Between July and December last year, our advice and information service helped 53 residents who were unable to access NHS dentistry. The example given below illustrates one of those cases. This resident was not well supported by NHS dental services. Many agencies had to get involved, and many organisations had to be approached before she got the care she needed.
In July last year, we were contacted by a local GP on behalf of one of their patients. The patient was about to have surgery to have all her teeth removed. Her existing dentist was unable to offer any of the aftercare support she was going to need. She had called 16 different dental practices trying to find one willing to give her this care as an NHS patient before Healthwatch got involved.
The hospital carrying out the surgery failed to make a referral for dentures. This feels like a missed opportunity
She had the surgery at the Homerton Hospital and was discharged with little information around mouth care and no support or referral to a dentist who could provide the follow-up care she needed.
The patient needed a few weeks’ recovery time. We arranged an assessment with a dentist in Hackney (This was the only dentist we could find taking on new patients, there were none in Islington). The dentist was unable to help with the needs of the client, given some complications around bone loss in the gums. We contacted London Dental Confederation for advice on dentists with a denture specialism and were advised to apply to a Dental Teaching School, but the client was anxious their denture fitting could take years.
We contacted the Community Dental Service who advised we contact the Eastman Dental Hospital. We arranged for the GP to make a referral, which was rejected. A dentist was required to make the referral. The client went back to the dentist outside Islington who made a referral for the client to the Eastman. However, we then learned there was a two-year waiting list.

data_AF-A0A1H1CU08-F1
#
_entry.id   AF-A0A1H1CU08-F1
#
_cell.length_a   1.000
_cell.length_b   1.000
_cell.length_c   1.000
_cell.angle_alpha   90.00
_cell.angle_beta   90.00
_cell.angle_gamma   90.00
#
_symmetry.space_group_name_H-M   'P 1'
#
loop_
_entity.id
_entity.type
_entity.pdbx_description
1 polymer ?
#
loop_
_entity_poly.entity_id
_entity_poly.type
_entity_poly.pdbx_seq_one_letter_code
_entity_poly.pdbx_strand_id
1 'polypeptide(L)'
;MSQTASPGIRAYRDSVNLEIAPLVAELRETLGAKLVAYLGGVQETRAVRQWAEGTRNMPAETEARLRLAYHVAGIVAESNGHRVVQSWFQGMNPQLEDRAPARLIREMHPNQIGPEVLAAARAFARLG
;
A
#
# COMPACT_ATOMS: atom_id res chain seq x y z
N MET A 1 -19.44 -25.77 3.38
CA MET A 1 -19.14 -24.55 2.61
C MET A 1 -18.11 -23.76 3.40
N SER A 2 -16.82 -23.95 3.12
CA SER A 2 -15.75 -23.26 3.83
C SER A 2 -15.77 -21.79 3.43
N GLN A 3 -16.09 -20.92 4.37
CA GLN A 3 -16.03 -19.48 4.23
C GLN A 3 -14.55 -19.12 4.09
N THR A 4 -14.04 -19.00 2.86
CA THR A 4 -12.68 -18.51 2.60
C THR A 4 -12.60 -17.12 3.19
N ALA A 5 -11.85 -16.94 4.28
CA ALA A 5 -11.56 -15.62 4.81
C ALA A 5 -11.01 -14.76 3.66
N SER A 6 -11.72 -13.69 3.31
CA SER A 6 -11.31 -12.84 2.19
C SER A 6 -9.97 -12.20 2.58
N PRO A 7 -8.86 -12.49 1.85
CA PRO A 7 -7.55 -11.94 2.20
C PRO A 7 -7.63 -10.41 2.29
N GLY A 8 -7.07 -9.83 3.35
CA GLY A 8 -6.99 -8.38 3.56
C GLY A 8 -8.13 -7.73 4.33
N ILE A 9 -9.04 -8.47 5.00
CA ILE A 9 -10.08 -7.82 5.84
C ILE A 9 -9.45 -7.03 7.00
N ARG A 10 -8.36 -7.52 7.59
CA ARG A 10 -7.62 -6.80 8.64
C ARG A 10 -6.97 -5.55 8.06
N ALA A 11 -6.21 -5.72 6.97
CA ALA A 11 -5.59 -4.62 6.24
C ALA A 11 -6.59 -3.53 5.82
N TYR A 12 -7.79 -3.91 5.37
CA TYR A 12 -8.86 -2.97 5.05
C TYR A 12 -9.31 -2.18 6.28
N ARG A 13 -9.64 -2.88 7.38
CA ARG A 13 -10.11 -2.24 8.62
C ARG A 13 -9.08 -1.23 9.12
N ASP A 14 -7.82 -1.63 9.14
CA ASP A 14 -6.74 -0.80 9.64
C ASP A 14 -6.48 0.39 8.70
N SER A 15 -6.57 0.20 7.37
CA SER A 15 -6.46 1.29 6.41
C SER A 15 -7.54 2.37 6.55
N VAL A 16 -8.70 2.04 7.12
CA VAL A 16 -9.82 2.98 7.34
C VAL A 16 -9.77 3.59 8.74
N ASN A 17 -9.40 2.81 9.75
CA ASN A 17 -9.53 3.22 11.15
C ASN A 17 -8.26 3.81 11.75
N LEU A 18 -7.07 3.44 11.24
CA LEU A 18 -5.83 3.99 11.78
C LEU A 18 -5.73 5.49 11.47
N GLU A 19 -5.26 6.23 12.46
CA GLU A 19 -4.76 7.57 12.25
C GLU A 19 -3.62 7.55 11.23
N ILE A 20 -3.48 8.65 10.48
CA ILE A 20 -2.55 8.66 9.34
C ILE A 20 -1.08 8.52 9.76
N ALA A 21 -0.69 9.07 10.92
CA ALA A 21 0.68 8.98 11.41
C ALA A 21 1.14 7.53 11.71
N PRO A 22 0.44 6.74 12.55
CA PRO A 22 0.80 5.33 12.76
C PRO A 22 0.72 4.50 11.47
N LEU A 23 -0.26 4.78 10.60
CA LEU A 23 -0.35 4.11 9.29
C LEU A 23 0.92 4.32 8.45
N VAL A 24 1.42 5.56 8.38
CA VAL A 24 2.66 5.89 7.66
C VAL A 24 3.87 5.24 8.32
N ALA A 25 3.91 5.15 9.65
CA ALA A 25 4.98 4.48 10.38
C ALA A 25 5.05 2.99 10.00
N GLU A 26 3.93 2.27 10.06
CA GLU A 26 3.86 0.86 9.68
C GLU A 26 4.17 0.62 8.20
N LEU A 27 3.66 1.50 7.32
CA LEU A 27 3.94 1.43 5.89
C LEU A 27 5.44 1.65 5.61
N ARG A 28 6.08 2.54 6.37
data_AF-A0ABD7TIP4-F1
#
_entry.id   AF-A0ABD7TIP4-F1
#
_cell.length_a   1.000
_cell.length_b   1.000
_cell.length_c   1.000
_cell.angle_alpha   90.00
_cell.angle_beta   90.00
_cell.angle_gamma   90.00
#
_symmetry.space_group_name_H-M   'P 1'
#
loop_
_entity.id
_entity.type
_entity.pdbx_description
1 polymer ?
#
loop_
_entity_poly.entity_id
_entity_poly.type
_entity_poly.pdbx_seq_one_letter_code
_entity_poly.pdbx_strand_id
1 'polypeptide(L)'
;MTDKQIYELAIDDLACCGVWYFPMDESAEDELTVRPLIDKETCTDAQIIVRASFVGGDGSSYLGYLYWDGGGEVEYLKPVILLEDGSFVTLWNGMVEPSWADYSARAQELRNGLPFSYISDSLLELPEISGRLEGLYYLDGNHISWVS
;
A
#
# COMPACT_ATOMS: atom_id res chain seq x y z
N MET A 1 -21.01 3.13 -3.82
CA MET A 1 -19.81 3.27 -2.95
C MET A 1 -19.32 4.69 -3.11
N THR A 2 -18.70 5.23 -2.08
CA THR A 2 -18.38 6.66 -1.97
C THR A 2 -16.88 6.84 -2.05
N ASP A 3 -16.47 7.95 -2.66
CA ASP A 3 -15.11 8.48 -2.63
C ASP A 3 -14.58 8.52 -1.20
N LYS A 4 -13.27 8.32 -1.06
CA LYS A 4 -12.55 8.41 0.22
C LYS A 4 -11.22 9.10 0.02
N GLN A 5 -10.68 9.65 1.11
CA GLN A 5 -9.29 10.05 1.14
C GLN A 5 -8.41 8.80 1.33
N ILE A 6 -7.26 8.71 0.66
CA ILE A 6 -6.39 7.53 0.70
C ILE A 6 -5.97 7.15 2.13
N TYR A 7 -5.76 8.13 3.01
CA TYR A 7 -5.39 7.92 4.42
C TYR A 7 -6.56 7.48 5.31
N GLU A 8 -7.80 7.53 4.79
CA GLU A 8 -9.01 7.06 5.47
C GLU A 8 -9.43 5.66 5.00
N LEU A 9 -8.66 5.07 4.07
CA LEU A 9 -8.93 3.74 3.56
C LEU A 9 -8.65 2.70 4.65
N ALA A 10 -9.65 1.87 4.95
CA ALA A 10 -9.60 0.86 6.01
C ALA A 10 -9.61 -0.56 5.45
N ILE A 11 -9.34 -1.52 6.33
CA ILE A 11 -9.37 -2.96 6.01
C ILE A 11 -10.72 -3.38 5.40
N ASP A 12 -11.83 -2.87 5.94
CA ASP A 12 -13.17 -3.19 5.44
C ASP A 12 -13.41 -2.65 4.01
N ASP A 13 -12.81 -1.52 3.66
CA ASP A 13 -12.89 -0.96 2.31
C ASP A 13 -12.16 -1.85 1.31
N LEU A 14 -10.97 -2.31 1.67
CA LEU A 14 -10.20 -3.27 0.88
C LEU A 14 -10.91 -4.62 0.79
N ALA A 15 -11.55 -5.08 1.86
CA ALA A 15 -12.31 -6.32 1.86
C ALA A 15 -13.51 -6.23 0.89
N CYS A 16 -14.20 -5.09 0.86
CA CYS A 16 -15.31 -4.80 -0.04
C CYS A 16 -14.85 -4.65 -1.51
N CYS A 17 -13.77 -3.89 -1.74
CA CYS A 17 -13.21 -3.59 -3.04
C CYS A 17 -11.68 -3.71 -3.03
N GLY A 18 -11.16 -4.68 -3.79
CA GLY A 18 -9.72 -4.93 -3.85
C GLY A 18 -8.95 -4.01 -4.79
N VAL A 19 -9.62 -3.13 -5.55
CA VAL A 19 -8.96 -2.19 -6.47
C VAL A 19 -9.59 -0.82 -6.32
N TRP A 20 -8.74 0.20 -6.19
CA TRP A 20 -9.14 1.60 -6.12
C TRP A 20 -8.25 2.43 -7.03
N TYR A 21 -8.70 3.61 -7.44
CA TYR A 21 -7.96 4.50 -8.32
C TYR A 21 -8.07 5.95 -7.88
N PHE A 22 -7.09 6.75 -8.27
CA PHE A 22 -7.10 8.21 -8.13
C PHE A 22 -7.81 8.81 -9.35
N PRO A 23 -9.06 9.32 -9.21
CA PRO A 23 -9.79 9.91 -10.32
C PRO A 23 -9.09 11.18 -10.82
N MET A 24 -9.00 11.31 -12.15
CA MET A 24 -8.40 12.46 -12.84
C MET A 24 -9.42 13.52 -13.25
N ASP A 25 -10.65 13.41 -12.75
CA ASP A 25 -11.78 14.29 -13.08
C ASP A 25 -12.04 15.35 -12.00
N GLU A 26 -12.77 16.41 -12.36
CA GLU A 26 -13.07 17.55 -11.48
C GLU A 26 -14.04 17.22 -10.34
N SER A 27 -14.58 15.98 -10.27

Mental and physical distress
We have kept in regular contact with the client and updated the GP around events. This situation has been physically and mentally draining for the client, who is anxious and self-conscious, not able to go out or work, as it impacts their speech and eating.
We contacted the Dental Commissioner. They were contacted by Jeremy Corbyn’s office as well, as the issue was also taken up with the local MP by the client’s friend. The original dentist now arranged to see the client in early November and arranged a series of appointments to successfully fit the dentures. The client was pleased to get dentures that suit her and has been given good care by the dentist. Issues around bone loss meant it was a complicated and painful fitting over a number of appointments, as the jaw bone is uneven so the client could only have them in for an hour at a time.
What have we learned?
This case has shown the difficulties with the dental treatment pathway following the pandemic.
- Services are stretched and there have been issues finding dentists taking NHS patients.
- There is also little provision available for specialist treatment - the options have been opaque and inconsistent.
What would help?
Hospital based dental services need better integration with general dental services,
particularly when hospital treatment will necessitate after care from a regular dental
practice. It should not be left to the patient to organise the referral for follow up care,
particularly in cases where the resident is vulnerable and/or may struggle to be
accepted as an NHS patient.
Read the report
Our signposting service helped 64 residents resolve issues related to dentistry between July and December last year. 53 of these residents contacted us because they were unable to access NHS dentistry.
Healthwatch volunteers also conducted a mystery shopping exercise. 19 dental practices participated. In addition, 31 residents shared their views on dental access via an online survey.
In our report 'Experiences of accessing NHS dental services since the pandemic', we share what we have learned.